Stem cell research

We believe that stem cell research may offer new opportunities to develop innovative and safer medicines and could help to ensure new and better treatments for patients. We continue to work with experts in the field to explore the full potential of this type of research.

As a company whose success is built on leading-edge science, we continuously monitor and assess new research capabilities to identify opportunities that could help us enhance the drug discovery process and deliver better medicines for patients worldwide. We believe that stem cell research may present such opportunities.

Stem cells have the potential to differentiate into different types of normal human cells. Stable lines of human cells, such as hepatocytes (liver cells) and cardiac myocytes (heart muscle cells), can be derived from stem cells, then grown and maintained in tissue culture. We are investigating their use in improving prediction of the safety, metabolism and efficacy of emerging candidate drugs. If successful, these studies may allow testing at an earlier stage in the discovery process, and would help us to overcome the current limitations that a restricted supply of human tissues presents. Significant scientific progress has been made in the development of such stem cell-based research models, with some promising results. However, more work is needed to understand the full potential of this type of research. We have established a dedicated induced pluripotent stem cell (iPSC) unit to facilitate the application of iPSC as a tool to derive more native-like human cells in vitro.

Some promising research in the field uses human embryonic stem cells (hESC). Our global Bioethics Policy and Standard on hESC demands compliance with all relevant external legislation, regulations and guidelines and outlines our own code of practice in using hESC (see section below ‘Ensuring High Standards’ for more).

iPSC can be obtained safely from small tissue samples from adult human volunteers and do not involve embryos at all. These may provide a scientifically viable, and potentially more versatile, alternative to hESC. We have established a Center of Excellence located at Mölndal, Sweden, as a dedicated iPSC unit to facilitate the application of iPSC as a tool to derive more native-like human cells in vitro. We have a collaboration agreement with Cellular Dynamics International, Inc. (CDI) a leading company in the iPSC field, and we are investigating use of iPSC-derived hepatocytes and cardiac myocytes. Most of our stem cell work now uses iPSC.

We have active projects with the aim of earlier prediction of drug toxicity in heart, liver and nerve cells, involving hESC-derived lines from public cell banks meeting our stringent ethical criteria. We do not have all the necessary skills and technologies in-house and so we are working with external partners who have expertise and an ethical commitment consistent with our own. These include the UK public-private partnership, Stem Cells for Safer Medicines, aimed at predicting potential toxicity side effects much earlier in the drug discovery process and, the European Framework Research VI programme, ‘Reducing animal experimentation in pre-clinical predictive drug testing by human hepatic in vitro models derived from embryonic stem cells’ and the European Bank of induced pluripotent stem cells (EBISC). We are also partnering with world-leading academic groups at the Harvard Stem cell Institute and the Joslin Diabetes Center to explore the utility of iPSC in diabetes research.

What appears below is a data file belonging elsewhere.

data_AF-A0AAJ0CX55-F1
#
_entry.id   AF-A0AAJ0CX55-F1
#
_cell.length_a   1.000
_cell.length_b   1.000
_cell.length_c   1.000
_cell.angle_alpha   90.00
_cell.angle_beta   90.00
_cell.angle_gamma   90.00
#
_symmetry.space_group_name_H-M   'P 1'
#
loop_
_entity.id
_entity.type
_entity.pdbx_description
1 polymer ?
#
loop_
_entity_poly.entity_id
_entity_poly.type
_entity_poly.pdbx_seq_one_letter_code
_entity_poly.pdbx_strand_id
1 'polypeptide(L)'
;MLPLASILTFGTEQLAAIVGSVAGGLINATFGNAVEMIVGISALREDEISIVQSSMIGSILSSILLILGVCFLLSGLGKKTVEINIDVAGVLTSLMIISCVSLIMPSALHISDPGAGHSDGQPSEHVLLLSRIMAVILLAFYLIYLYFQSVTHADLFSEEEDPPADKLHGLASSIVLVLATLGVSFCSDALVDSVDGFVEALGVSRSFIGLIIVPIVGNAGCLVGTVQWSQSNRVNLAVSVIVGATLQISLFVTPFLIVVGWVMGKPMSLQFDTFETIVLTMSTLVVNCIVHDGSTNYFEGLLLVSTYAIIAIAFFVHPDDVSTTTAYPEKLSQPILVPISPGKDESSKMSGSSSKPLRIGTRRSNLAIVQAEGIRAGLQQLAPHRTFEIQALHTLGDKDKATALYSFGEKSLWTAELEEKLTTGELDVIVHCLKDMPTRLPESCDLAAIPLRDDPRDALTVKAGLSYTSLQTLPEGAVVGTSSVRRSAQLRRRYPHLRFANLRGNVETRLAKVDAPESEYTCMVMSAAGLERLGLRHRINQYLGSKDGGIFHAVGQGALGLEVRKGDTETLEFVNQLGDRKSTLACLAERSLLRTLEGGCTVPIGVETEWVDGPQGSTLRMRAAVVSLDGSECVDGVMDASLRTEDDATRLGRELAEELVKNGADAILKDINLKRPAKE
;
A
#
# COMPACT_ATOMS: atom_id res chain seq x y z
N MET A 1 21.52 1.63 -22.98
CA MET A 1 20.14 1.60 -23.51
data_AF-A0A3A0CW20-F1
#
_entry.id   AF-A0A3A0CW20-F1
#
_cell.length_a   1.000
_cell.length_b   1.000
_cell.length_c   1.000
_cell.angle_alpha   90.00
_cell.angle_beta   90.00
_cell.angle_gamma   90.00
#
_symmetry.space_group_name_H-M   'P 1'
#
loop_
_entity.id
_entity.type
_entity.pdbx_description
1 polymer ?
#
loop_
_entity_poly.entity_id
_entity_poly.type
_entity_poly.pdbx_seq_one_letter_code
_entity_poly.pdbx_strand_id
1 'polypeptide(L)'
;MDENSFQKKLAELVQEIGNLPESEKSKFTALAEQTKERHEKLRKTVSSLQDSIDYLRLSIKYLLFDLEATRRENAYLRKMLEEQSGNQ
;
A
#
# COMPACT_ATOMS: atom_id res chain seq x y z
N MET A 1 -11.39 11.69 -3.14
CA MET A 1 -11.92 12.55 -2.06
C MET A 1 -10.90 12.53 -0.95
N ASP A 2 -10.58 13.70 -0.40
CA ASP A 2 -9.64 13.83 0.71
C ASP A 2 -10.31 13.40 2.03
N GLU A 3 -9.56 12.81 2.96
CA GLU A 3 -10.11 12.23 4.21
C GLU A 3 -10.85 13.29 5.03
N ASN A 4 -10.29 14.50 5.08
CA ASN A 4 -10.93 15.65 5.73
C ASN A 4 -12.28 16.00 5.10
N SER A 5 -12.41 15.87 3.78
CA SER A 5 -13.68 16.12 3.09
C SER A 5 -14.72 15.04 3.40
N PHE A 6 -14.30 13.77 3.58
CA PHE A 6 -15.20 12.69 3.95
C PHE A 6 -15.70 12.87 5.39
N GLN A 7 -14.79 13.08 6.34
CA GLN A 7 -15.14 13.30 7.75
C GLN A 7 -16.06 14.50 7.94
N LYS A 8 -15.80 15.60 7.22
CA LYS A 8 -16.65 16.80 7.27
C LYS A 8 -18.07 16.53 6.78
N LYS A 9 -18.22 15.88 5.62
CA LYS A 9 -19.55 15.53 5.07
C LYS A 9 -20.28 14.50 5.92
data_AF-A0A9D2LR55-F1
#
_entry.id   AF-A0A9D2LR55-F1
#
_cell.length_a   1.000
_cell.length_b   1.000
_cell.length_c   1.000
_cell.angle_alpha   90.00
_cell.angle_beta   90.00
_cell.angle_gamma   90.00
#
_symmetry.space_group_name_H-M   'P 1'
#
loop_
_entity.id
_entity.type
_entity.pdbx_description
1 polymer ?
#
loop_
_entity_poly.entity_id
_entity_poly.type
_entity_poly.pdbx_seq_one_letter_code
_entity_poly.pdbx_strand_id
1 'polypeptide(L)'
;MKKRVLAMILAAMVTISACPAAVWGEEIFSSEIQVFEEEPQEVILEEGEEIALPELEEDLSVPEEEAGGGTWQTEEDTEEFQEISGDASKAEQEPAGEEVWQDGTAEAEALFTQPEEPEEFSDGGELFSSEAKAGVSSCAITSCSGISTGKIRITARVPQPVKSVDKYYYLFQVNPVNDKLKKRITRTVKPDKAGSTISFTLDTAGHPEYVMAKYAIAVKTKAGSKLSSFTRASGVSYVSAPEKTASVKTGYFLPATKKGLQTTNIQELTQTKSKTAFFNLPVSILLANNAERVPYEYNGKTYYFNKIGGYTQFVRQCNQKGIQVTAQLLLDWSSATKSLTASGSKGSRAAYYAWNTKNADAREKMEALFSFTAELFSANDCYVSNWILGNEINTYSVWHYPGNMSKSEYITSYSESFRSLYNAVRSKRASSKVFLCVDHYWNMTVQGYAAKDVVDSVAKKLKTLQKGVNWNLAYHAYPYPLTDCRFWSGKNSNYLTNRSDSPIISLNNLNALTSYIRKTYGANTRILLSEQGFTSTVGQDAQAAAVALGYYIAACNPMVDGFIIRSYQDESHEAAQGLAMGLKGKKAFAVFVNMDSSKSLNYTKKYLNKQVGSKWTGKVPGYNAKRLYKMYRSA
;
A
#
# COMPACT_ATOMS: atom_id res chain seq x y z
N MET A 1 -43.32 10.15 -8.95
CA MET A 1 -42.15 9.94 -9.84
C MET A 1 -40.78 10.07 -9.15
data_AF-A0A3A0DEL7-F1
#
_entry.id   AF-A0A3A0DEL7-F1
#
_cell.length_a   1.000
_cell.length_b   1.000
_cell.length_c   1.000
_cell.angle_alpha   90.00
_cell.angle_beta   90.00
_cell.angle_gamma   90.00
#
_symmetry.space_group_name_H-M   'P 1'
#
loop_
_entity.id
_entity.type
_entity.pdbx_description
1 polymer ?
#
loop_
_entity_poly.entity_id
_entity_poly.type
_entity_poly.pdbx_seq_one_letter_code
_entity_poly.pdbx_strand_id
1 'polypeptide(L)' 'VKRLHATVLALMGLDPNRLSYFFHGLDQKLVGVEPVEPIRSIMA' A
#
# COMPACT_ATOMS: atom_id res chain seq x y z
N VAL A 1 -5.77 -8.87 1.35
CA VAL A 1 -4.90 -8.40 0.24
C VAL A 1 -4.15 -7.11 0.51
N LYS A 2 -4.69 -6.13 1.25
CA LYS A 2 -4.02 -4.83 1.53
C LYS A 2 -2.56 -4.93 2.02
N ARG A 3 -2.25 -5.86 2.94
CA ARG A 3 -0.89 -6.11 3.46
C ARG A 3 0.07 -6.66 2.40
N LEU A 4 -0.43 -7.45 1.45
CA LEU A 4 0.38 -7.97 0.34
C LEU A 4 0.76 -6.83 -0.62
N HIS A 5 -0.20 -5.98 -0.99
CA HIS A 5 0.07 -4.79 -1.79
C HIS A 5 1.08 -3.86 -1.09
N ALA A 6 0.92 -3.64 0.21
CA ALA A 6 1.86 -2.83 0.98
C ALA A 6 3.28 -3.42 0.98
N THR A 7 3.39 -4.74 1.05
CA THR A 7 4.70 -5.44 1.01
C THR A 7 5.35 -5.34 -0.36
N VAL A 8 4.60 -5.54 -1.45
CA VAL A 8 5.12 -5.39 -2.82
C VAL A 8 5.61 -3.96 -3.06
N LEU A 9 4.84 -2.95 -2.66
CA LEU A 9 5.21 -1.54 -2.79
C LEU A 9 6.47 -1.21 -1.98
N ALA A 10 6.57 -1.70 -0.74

Separately, we are increasingly exploring the potential to treat disease by modulation of stem cells within target organs, using either small molecules or biological therapies - an exciting new area often referred to as ‘regenerative medicine’. Here, we are embarking on several external partnerships combining the best ideas and latest innovation in academic research with our ability to search for new drugs. We are looking for the potential of small molecules or biologics to modulate stem cells present in patients’ tissues to repair or improve the function of diseased tissue. Our collaborations with the Institute of Ophthalmology at University College London (announced in September 2010) and Evotec AG/ Develogen AG (announced in December 2010), represent our most important investments in regenerative medicine to date and are focused on exploring regenerative therapies for diabetic retinopathy and diabetes, respectively. We anticipate additional collaborations in other therapeutic areas.

Ensuring high standards

Our commitment to ensuring high ethical standards in this area of research is reflected for example in our Human Embryonic Stem Cells Research policy framework, as set out in our Bioethics Policy, which demands compliance both with external legislation, regulations and guidelines, and with our own codes of practice.

The framework applies to all internal work and external research on AstraZeneca’s behalf and includes essential criteria that must be met before any such research is undertaken. Similar to those that govern inclusion in public human embryonic stem cell registries such as the UK Registry and the US National Institute of Health Registry, these criteria require that the stem cells must have been derived from a fertilised egg that was created for reproductive purposes; that the fertilised egg must no longer be needed for these purposes, and that fully informed consent (with no financial inducements) must have been obtained for the donation of the fertilised egg for scientific research. The framework is designed to ensure that all research effort in this area is conducted ethically and remains consistent with our strategy of developing more effective, safer medicines for serious disease.

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